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Schwarer, Samantha  (2008) How long will refugee municipal relief take?
By Samantha Schwarer. Eye on Civil Society : -.

In a small back room at the Cato Manor police station, Cyril Vezi was
almost invisible under mounds of canned goods when I visited last week.
He and other Red Cross staff and volunteers worked virtually round the
clock for days.

Every hour or so another volunteer would pull in with a carload of goods
donated by shoppers at supermarkets around Durban. Cars and bakkies were
piled high with packed boxes. They headed out to police stations and
churches around town where refugees were sheltering from xenophobic

Throughout the weeks more and more refugees had arrived at these ‘safe
havens’. Churches phoned regularly to say they’d suddenly had an influx
of people and didn’t know what to do with them. Five new havens were
added to the list on one afternoon alone.

Even now, more than a month after the first outbreaks of xenophobic
violence, civil society volunteers are picking up pieces dropped by the
system. Students, faith-based organisations, NGOs and the good people of
Durban are doing crisis management, feeding hundreds of people .

But by last week, food was running out and the volunteers were
exhausted. Red Cross and other organisations were waiting, still, for
word of how the City planned to deal with the crisis, or for any support
from municipal or local government. None seemed to be forthcoming.

Belatedly, municipal officials announced a disaster management plan.
With the number of refugees ‘unofficially’ sheltering at sites around
the city up to over 2,000, organisations shouldering the City’s
responsibilities could be forgiven for concluding this was too little,
too late.

Several crisis meetings were hosted by the Diakonia Council of Churches,
which is one of many organisations stretching all their resources. Once
it was clear that the municipal response was wholly inadequate, Diakonia
and its allies agreed to continue their efforts.

The Centre for Civil Society at the University of KwaZulu-Natal began
bringing together leaders of immigrant communities with local groups to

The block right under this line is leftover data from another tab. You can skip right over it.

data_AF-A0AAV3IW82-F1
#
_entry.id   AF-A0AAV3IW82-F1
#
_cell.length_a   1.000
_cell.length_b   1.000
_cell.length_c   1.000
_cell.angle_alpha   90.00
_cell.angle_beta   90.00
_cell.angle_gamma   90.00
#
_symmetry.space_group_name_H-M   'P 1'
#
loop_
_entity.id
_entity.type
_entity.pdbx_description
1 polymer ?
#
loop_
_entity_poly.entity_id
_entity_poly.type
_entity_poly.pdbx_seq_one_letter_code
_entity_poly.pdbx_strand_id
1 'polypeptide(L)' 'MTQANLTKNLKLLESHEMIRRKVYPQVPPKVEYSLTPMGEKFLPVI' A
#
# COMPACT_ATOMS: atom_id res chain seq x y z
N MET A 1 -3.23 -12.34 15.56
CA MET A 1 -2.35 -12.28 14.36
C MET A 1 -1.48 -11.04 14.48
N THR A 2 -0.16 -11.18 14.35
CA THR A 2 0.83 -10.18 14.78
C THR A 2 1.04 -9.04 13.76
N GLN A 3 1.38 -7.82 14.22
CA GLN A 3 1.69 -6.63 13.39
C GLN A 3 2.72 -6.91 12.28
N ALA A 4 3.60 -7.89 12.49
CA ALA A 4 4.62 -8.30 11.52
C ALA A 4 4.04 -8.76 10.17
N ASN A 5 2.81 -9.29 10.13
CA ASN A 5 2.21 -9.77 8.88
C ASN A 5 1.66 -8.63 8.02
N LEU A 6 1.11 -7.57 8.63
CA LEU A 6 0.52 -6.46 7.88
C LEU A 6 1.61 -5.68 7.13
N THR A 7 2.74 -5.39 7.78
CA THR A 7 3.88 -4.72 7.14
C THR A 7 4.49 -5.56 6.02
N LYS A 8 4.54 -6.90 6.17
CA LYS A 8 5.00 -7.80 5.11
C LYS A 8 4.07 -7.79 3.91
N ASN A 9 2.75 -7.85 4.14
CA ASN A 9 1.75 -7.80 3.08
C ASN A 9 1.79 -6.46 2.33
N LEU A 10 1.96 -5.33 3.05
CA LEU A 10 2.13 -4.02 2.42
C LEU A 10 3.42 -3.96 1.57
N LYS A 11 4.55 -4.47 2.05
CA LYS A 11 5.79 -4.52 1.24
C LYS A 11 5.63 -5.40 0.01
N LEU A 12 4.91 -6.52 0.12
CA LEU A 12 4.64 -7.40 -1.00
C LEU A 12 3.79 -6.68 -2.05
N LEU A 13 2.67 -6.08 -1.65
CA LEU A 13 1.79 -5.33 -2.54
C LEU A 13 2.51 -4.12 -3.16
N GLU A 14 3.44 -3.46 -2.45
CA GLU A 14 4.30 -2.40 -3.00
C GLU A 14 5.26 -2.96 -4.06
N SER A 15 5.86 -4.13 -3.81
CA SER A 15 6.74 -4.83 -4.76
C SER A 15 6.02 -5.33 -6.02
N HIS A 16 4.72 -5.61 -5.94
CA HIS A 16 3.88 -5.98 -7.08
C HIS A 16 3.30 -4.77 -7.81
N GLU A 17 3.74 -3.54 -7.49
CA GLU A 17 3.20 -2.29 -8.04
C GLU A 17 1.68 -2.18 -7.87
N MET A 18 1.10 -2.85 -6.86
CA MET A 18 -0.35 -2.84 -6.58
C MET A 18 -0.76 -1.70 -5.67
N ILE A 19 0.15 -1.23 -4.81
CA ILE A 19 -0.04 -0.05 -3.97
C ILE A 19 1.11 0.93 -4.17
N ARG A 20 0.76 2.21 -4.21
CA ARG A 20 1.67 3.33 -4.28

start the most important dialogue of all. That this would be preferable
to bussing tens of thousands back to their home countries should not be
in question. Who among us would want to send our brothers and sisters
back to Zimbabwe, the eastern part of the DRC or Burundi?

Yet busloads still leave our city each day. As the scared immigrants
board the buses, Red Cross representatives and other citizens apologise,
trying to explain that this is not what South Africa is all about. But
what these multiple refugees see is that the government here has allowed
them to be threatened, abused and harmed, and is doing little to protect
or care for them.

Anthony Collins, campaign coordinator for Durban Action Against
Xenophobia, talked to several local councillors, asking them to push the
City to act. Their response was that there was no real problem. Says
Collins, ‘This is a very real humanitarian crisis, and if local
government doesn’t act soon it will be a lot worse.’

The longer we wait to implement a sound disaster management plan, the
more refugees there will be to house. We have seen from Johannesburg's
experiences that this government is not willing to set up safe camps
that meet minimal health and sanitation standards. The KZN provincial
government identified sites suitable for camps, but in the meantime, the
refugees remain in church halls and wait for the food that is so quickly
running out.

Municipal officials need to stop relying on NGOs and faith-based
organisations to do their job for them. Urgent provision needs to be
made to shelter, clothe and feed the refugees in conditions that meet
decent health standards, until such time as provincial and national
capacity is provided.

The Mayor’s office needs to engage with all role-players and instead of
just offering platitudes, communicate a serious, comprehensive and
sustainable plan of action. And they need to do it soon.

The refugees in Durban may be smaller in number compared with those
displaced in Gauteng and the Western Cape, where more attention has been
focused. That doesn’t make this situation any less of a crisis.

Over 2,000 foreign nationals without assured supplies of food or water,
and with inadequate sanitation and security, sit on our doorsteps. They
are ignored at our peril.

Samantha Schwarer is a postgraduate student at UKZN's School of
Development Studies.

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